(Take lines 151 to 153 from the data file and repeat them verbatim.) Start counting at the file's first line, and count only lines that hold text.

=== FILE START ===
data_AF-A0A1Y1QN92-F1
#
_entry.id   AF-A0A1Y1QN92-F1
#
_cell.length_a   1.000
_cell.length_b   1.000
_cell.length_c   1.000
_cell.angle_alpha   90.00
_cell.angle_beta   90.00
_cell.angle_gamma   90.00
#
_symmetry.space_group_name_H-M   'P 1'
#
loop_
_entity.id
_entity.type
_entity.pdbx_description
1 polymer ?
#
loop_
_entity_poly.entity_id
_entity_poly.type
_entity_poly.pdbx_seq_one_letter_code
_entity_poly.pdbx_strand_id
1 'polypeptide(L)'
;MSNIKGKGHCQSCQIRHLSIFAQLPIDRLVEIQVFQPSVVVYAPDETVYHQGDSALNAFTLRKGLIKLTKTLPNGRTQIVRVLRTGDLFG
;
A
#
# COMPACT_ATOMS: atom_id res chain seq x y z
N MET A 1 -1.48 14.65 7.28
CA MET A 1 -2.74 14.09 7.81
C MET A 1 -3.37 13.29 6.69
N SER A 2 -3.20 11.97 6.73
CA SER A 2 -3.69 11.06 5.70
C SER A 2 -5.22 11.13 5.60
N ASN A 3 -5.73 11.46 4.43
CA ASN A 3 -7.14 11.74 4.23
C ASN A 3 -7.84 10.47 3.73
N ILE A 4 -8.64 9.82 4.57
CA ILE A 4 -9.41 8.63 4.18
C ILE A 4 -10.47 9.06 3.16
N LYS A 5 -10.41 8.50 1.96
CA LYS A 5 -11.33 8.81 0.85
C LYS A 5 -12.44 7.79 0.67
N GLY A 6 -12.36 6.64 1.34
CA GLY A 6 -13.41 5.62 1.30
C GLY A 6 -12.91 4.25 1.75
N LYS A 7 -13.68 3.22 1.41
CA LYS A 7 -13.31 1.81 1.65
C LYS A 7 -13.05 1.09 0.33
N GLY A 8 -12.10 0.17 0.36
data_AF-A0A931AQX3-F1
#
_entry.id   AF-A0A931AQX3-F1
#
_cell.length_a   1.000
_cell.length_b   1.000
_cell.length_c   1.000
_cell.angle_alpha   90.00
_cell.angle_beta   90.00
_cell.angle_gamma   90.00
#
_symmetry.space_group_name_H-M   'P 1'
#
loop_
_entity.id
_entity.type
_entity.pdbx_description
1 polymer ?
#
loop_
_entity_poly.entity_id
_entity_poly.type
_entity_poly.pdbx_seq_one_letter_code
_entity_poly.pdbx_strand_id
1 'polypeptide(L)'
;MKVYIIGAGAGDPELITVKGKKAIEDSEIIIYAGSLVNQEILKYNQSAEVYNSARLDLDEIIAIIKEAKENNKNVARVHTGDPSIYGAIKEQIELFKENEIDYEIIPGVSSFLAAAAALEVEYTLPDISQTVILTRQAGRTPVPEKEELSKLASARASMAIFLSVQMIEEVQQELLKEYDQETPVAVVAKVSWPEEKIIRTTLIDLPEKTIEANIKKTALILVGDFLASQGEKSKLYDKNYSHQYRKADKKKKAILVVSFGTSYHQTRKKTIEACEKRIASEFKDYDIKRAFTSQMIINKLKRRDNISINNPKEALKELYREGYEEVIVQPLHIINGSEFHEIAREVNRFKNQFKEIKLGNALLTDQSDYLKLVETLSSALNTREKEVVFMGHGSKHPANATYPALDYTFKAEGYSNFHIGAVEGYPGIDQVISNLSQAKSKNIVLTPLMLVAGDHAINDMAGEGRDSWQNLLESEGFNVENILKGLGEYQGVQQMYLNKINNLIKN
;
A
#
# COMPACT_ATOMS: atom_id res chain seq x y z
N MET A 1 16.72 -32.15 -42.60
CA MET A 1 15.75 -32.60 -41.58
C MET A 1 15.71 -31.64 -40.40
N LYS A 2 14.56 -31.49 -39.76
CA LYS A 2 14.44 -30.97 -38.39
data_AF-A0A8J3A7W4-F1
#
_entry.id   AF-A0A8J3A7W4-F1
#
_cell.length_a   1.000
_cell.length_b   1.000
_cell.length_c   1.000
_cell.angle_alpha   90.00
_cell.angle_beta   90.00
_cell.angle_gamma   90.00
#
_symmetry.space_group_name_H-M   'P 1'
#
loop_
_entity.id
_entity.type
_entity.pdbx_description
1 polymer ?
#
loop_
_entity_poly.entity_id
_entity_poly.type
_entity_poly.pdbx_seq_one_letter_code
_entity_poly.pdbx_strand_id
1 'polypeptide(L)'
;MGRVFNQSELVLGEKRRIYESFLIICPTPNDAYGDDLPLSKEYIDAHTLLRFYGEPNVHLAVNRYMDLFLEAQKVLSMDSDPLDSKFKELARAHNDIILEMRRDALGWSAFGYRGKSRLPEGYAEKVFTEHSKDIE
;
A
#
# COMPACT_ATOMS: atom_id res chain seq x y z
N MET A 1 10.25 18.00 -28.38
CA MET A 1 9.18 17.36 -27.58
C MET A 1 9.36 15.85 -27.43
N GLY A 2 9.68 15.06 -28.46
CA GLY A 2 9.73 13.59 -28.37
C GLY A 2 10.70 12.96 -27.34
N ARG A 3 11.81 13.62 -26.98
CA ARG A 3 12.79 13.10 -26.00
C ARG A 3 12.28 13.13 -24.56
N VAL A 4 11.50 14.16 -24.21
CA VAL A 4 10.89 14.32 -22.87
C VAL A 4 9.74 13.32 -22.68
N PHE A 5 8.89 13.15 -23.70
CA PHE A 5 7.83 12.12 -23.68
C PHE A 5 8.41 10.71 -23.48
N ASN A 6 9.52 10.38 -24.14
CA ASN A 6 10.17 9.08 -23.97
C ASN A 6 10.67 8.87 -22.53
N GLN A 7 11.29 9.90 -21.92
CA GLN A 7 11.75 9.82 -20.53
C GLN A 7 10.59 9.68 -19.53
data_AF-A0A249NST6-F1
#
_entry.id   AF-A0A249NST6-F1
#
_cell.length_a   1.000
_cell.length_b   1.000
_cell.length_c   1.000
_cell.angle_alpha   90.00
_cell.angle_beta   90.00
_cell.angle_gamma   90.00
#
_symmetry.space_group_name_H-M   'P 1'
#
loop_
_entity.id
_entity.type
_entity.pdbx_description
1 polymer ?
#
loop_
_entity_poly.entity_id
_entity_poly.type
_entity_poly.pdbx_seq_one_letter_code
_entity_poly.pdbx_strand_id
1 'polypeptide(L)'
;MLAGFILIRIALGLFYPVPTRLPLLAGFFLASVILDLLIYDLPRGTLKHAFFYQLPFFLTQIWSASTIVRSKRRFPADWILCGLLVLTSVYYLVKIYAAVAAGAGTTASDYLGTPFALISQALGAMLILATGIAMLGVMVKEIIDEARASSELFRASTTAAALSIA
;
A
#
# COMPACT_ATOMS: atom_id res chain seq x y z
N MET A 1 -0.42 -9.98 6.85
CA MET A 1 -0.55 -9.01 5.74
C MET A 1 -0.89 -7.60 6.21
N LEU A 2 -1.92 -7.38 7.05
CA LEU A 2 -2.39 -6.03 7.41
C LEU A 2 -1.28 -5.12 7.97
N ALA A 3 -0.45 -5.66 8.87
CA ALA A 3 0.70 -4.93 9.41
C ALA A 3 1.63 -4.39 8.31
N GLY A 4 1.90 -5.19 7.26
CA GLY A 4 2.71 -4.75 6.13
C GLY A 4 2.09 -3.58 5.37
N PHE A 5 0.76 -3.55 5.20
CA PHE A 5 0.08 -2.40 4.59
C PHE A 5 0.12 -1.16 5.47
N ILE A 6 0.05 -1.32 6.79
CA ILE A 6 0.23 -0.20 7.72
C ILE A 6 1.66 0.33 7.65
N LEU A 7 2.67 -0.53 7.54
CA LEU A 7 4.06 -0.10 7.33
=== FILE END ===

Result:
#
loop_
_entity.id